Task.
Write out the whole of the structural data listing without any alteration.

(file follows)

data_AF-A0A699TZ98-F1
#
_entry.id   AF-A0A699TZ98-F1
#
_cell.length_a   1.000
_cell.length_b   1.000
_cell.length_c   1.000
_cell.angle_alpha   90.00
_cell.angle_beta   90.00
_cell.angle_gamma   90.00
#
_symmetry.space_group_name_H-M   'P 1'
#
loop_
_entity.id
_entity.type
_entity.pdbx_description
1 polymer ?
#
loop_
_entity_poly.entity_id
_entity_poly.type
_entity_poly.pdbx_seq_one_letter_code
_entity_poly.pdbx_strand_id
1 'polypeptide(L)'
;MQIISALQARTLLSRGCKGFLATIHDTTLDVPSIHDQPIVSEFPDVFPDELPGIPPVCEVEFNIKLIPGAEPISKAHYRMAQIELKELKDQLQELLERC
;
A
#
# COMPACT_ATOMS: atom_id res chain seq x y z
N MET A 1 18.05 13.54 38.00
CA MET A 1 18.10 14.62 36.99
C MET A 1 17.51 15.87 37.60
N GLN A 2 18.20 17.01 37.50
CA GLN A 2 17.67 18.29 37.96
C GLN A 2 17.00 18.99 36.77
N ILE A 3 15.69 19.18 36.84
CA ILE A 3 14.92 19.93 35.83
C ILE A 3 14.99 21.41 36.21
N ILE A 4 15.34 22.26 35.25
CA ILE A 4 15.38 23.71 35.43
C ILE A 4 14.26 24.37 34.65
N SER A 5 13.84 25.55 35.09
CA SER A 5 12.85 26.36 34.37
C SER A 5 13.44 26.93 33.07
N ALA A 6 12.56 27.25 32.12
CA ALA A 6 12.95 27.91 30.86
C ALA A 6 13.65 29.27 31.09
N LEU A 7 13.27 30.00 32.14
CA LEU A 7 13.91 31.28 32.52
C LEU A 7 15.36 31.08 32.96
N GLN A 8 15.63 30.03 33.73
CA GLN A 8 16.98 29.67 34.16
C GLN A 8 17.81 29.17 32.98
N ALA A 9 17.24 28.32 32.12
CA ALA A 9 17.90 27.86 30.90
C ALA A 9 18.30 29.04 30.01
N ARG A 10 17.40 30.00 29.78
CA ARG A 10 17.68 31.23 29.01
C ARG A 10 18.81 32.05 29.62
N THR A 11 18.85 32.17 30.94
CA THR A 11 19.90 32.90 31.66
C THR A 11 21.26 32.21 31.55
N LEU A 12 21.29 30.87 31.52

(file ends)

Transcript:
data_AF-A0A699TZ98-F1
#
_entry.id   AF-A0A699TZ98-F1
#
_cell.length_a   1.000
_cell.length_b   1.000
_cell.length_c   1.000
_cell.angle_alpha   90.00
_cell.angle_beta   90.00
_cell.angle_gamma   90.00
#
_symmetry.space_group_name_H-M   'P 1'
#
loop_
_entity.id
_entity.type
_entity.pdbx_description
1 polymer ?
#
loop_
_entity_poly.entity_id
_entity_poly.type
_entity_poly.pdbx_seq_one_letter_code
_entity_poly.pdbx_strand_id
1 'polypeptide(L)'
;MQIISALQARTLLSRGCKGFLATIHDTTLDVPSIHDQPIVSEFPDVFPDELPGIPPVCEVEFNIKLIPGAEPISKAHYRMAQIELKELKDQLQELLERC
;
A
#
# COMPACT_ATOMS: atom_id res chain seq x y z
N MET A 1 18.05 13.54 38.00
CA MET A 1 18.10 14.62 36.99
C MET A 1 17.51 15.87 37.60
N GLN A 2 18.20 17.01 37.50
CA GLN A 2 17.67 18.29 37.96
C GLN A 2 17.00 18.99 36.77
N ILE A 3 15.69 19.18 36.84
CA ILE A 3 14.92 19.93 35.83
C ILE A 3 14.99 21.41 36.21
N ILE A 4 15.34 22.26 35.25
CA ILE A 4 15.38 23.71 35.43
C ILE A 4 14.26 24.37 34.65
N SER A 5 13.84 25.55 35.09
CA SER A 5 12.85 26.36 34.37
C SER A 5 13.44 26.93 33.07
N ALA A 6 12.56 27.25 32.12
CA ALA A 6 12.95 27.91 30.86
C ALA A 6 13.65 29.27 31.09
N LEU A 7 13.27 30.00 32.14
CA LEU A 7 13.91 31.28 32.52
C LEU A 7 15.36 31.08 32.96
N GLN A 8 15.63 30.03 33.73
CA GLN A 8 16.98 29.67 34.16
C GLN A 8 17.81 29.17 32.98
N ALA A 9 17.24 28.32 32.12
CA ALA A 9 17.90 27.86 30.90
C ALA A 9 18.30 29.04 30.01
N ARG A 10 17.40 30.00 29.78
CA ARG A 10 17.68 31.23 29.01
C ARG A 10 18.81 32.05 29.62
N THR A 11 18.85 32.17 30.94
CA THR A 11 19.90 32.90 31.66
C THR A 11 21.26 32.21 31.55
N LEU A 12 21.29 30.87 31.52